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Non-Bedside Nursing Jobs You Need to Know

Non bedsidenursingjobs

Think nursing only happens at the bedside? From boardrooms to research labs, the world of nursing is full of exciting, non-traditional career paths. 

Nursing presents a plethora of opportunities for nurses to work at the bedside or in another area. Non-bedside nursing jobs can let nurses leverage their skills and expertise outside of traditional clinical settings. 

While many nurses initially enter the profession with the intention of providing direct patient care at the bedside, there are many alternative career paths that allow nurses to make a significant impact in healthcare, research, education, policy, and technology.

While these roles may require additional education, training, or certification, they offer opportunities for professional growth, development, and advancement. Let’s explore some of the most common and exciting non-bedside nursing roles.

Nursing informatics

Nurse informaticists bridge the gap between health care and technology, using their clinical expertise to use electronic health records, health information systems, and other digital tools. In this capacity, nurse informaticists ensure that technology is effectively integrated into clinical practice, ultimately improving patient care, safety, and efficiency. 

This non-traditional nursing role requires a deep understanding of both clinical workflows and healthcare technology. Nurse informaticists’ duties include:

  • Designing, implementing, and evaluating health information systems and applications
  • Developing and maintaining standards, policies, and procedures for data collection, storage, analysis, and reporting
  • Providing training, education, and support to nurses and other healthcare staff on how to use technology effectively 
  • Conducting research and quality improvement projects that leverage data and technology to improve patient outcomes and satisfaction

Nurse education

Nurse educators work in universities, community colleges, healthcare organizations, or community settings to train and mentor the next generation of nurses. They can influence the quality of care and patient safety by imparting their knowledge, skills, and values to aspiring and experienced nurses. 

Nurse educators also contribute to advancing nursing science and practice by conducting research, disseminating evidence-based practices, and advocating for policy changes that support the nursing profession and public health. Nurse educators’ responsibilities include:

  • Designing and implementing educational programs and curricula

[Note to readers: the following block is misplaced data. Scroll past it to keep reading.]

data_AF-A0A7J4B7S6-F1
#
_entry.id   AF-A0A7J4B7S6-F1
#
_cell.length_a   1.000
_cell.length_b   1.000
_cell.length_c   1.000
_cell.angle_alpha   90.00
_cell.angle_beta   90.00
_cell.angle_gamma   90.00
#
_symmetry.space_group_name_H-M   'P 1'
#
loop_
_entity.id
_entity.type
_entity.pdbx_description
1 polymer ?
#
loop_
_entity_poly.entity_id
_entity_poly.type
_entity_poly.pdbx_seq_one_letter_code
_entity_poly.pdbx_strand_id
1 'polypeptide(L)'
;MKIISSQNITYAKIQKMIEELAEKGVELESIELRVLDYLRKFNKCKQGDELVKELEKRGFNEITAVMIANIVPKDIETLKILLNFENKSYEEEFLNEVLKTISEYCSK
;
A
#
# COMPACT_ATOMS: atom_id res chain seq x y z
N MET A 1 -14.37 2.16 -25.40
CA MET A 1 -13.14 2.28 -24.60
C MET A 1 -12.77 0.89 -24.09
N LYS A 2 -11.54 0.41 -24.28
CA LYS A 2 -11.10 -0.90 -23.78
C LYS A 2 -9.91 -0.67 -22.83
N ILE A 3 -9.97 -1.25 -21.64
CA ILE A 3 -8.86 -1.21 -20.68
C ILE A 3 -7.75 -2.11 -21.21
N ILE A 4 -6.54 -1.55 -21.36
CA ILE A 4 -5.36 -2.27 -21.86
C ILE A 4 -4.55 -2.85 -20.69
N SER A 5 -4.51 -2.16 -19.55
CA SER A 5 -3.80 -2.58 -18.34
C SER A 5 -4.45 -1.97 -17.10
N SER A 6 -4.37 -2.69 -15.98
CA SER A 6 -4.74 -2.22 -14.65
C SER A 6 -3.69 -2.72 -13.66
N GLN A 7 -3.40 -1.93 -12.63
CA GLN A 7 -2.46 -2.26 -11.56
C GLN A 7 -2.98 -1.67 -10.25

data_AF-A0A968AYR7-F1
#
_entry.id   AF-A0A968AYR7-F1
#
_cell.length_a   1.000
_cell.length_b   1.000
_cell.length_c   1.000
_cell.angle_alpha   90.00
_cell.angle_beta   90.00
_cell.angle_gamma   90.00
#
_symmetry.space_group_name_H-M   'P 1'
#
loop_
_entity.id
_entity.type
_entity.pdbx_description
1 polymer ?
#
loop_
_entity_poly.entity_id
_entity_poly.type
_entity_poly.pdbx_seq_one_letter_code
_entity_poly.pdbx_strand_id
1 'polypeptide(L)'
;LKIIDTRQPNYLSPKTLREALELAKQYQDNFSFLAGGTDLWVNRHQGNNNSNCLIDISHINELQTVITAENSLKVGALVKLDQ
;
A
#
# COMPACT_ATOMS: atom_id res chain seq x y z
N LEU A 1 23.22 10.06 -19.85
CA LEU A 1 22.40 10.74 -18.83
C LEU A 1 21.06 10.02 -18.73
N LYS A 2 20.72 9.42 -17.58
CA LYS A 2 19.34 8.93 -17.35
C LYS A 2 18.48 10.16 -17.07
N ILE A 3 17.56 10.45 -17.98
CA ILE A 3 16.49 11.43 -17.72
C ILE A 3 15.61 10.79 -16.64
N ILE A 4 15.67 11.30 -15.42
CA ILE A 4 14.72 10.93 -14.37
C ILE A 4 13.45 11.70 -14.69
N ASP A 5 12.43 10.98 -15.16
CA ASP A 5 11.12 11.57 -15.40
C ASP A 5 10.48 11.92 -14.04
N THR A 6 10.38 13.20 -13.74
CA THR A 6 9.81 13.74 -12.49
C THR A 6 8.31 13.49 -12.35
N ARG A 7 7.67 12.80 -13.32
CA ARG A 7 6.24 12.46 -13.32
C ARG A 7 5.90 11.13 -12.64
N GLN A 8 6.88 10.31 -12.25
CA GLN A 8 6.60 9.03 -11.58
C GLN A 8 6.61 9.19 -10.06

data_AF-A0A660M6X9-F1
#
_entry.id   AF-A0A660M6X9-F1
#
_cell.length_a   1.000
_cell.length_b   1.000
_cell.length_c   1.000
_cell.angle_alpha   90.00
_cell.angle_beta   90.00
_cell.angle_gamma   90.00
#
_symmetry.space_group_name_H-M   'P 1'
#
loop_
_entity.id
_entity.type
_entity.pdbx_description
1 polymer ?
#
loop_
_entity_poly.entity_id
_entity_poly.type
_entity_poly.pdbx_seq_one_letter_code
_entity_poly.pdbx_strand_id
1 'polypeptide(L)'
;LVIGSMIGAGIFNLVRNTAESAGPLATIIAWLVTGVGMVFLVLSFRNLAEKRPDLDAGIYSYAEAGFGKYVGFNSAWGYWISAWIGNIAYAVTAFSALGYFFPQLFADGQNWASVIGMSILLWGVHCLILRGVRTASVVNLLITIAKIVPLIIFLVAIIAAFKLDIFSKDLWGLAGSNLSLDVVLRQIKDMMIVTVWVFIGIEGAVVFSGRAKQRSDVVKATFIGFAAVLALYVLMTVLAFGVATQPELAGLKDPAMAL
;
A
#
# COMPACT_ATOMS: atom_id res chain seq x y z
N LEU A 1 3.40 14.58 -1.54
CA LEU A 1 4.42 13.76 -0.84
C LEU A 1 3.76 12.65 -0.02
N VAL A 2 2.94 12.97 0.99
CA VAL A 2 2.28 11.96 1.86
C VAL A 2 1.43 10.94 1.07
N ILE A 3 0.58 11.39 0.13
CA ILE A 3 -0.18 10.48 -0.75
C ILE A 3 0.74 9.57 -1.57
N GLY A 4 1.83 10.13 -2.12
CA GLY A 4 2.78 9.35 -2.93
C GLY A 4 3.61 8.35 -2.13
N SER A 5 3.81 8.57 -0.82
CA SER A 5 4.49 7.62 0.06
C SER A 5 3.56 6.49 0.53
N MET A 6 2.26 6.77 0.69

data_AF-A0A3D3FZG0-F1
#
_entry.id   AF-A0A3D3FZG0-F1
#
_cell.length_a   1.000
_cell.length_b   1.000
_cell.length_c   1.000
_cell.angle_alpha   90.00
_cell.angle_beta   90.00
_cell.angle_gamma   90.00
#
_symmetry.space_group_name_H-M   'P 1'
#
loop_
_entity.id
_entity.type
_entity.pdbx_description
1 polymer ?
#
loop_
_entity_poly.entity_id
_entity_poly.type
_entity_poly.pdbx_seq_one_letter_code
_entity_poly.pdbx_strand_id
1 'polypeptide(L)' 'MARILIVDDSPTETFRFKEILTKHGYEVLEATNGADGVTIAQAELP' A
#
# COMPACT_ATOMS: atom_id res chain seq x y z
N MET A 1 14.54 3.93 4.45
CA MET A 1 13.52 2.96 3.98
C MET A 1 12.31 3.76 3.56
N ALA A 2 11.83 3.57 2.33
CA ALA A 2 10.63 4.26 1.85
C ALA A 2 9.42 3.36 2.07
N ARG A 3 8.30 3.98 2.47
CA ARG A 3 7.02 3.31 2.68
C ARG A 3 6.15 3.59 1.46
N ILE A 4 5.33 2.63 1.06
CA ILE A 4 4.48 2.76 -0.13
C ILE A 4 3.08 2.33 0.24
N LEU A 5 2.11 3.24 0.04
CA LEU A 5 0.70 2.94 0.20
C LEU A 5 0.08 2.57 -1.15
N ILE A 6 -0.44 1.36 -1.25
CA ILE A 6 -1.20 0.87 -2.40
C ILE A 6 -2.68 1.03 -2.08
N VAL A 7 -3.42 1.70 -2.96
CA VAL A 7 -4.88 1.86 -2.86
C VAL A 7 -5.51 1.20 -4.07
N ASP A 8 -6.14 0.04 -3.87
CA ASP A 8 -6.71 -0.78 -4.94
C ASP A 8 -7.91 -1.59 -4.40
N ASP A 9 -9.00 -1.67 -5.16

• Evaluating the effectiveness and outcomes of educational interventions 
  • Serving as mentors for nursing students and novice nurses
  • Providing clinical supervision and guidance to nursing students
  • Engaging in scholarly activities such as conducting research, publishing articles, and presenting at conferences

Research nursing

Research nursing offers a non-bedside career path for nurses who are passionate about contributing to the advancement of healthcare through scientific inquiry. Research nurses work in clinical trials, academic institutions, pharmaceutical companies, and healthcare organizations to conduct and coordinate research studies. 

They collaborate with interdisciplinary teams to collect data, monitor patient safety, and ensure compliance with research protocols. Research nurses play a vital role in expanding medical knowledge, developing new treatments and therapies, and improving the quality of patient care through evidence-based practices.

Research nurses’ duties include:

  • Recruiting and screening participants for clinical trials
  • Educating participants about a study’s procedures, risks, and benefits
  • Administering interventions, medications, or treatments following study protocol
  • Collecting and recording data from participants using various tools and methods
  • Evaluating the outcomes and effectiveness of studies
  • Assisting with data analysis and dissemination of clinical findings

Virtual nursing

Virtual nursing is a growing field that has revolutionized the way healthcare is delivered, allowing nurses to provide care and support to patients through virtual platforms. This area has become particularly relevant in the wake of the COVID-19 pandemic, as it enables nurses to deliver care to patients, minimize in-person contact, and enhance access to healthcare services for underserved patient populations.

Virtual nurses use telecommunication technologies to deliver healthcare services to patients remotely. Some functions of a virtual nurse include: 

  • Conducting virtual assessments
  • Educating patients
  • Coordinating care with healthcare teams
  • Medication management

Nurses in these roles also leverage their clinical expertise to design and implement virtual care programs, integrate telehealth platforms into healthcare systems, and ensure the seamless delivery of virtual care services.

These non-bedside nursing roles represent just a fraction of the career opportunities available to nurses beyond traditional clinical settings. Whether contributing to healthcare technology, education, or research, non-bedside nursing roles allow nurses to make a meaningful impact on patient care, healthcare delivery, and the advancement of the nursing profession.